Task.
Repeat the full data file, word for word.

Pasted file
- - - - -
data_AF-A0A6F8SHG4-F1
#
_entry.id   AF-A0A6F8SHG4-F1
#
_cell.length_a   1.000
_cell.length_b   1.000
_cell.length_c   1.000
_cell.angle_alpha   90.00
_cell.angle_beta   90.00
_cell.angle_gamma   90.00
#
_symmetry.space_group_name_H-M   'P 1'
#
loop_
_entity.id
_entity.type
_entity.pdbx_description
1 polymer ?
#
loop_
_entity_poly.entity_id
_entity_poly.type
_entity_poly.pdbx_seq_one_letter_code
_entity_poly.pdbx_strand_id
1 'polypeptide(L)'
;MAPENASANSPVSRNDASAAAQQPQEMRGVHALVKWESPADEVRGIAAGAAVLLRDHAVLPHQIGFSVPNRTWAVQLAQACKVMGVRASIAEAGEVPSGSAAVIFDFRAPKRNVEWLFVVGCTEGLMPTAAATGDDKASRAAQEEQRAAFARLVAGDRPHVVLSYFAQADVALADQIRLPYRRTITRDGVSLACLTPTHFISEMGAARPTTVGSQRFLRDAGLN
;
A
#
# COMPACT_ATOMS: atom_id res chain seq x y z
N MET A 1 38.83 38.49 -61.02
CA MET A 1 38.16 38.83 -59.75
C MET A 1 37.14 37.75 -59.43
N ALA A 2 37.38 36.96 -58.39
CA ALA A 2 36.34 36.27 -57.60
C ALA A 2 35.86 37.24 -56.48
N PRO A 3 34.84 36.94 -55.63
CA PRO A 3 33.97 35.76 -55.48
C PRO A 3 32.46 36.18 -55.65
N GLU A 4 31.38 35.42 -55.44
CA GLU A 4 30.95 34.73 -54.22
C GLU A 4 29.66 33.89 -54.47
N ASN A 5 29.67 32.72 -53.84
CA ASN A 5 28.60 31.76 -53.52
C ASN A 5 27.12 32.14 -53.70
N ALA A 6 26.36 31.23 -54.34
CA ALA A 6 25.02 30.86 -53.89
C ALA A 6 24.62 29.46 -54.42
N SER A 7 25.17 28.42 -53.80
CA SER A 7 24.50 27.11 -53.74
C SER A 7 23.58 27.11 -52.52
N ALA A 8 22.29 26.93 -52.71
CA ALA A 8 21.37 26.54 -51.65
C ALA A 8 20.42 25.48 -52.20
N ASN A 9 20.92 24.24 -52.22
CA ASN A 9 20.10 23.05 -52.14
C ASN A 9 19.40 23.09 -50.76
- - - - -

data_AF-A0A6F8SHG4-F1
#
_entry.id   AF-A0A6F8SHG4-F1
#
_cell.length_a   1.000
_cell.length_b   1.000
_cell.length_c   1.000
_cell.angle_alpha   90.00
_cell.angle_beta   90.00
_cell.angle_gamma   90.00
#
_symmetry.space_group_name_H-M   'P 1'
#
loop_
_entity.id
_entity.type
_entity.pdbx_description
1 polymer ?
#
loop_
_entity_poly.entity_id
_entity_poly.type
_entity_poly.pdbx_seq_one_letter_code
_entity_poly.pdbx_strand_id
1 'polypeptide(L)'
;MAPENASANSPVSRNDASAAAQQPQEMRGVHALVKWESPADEVRGIAAGAAVLLRDHAVLPHQIGFSVPNRTWAVQLAQACKVMGVRASIAEAGEVPSGSAAVIFDFRAPKRNVEWLFVVGCTEGLMPTAAATGDDKASRAAQEEQRAAFARLVAGDRPHVVLSYFAQADVALADQIRLPYRRTITRDGVSLACLTPTHFISEMGAARPTTVGSQRFLRDAGLN
;
A
#
# COMPACT_ATOMS: atom_id res chain seq x y z
N MET A 1 38.83 38.49 -61.02
CA MET A 1 38.16 38.83 -59.75
C MET A 1 37.14 37.75 -59.43
N ALA A 2 37.38 36.96 -58.39
CA ALA A 2 36.34 36.27 -57.60
C ALA A 2 35.86 37.24 -56.48
N PRO A 3 34.84 36.94 -55.63
CA PRO A 3 33.97 35.76 -55.48
C PRO A 3 32.46 36.18 -55.65
N GLU A 4 31.38 35.42 -55.44
CA GLU A 4 30.95 34.73 -54.22
C GLU A 4 29.66 33.89 -54.47
N ASN A 5 29.67 32.72 -53.84
CA ASN A 5 28.60 31.76 -53.52
C ASN A 5 27.12 32.14 -53.70
N ALA A 6 26.36 31.23 -54.34
CA ALA A 6 25.02 30.86 -53.89
C ALA A 6 24.62 29.46 -54.42
N SER A 7 25.17 28.42 -53.80
CA SER A 7 24.50 27.11 -53.74
C SER A 7 23.58 27.11 -52.52
N ALA A 8 22.29 26.93 -52.71
CA ALA A 8 21.37 26.54 -51.65
C ALA A 8 20.42 25.48 -52.20
N ASN A 9 20.92 24.24 -52.22
CA ASN A 9 20.10 23.05 -52.14
C ASN A 9 19.40 23.09 -50.76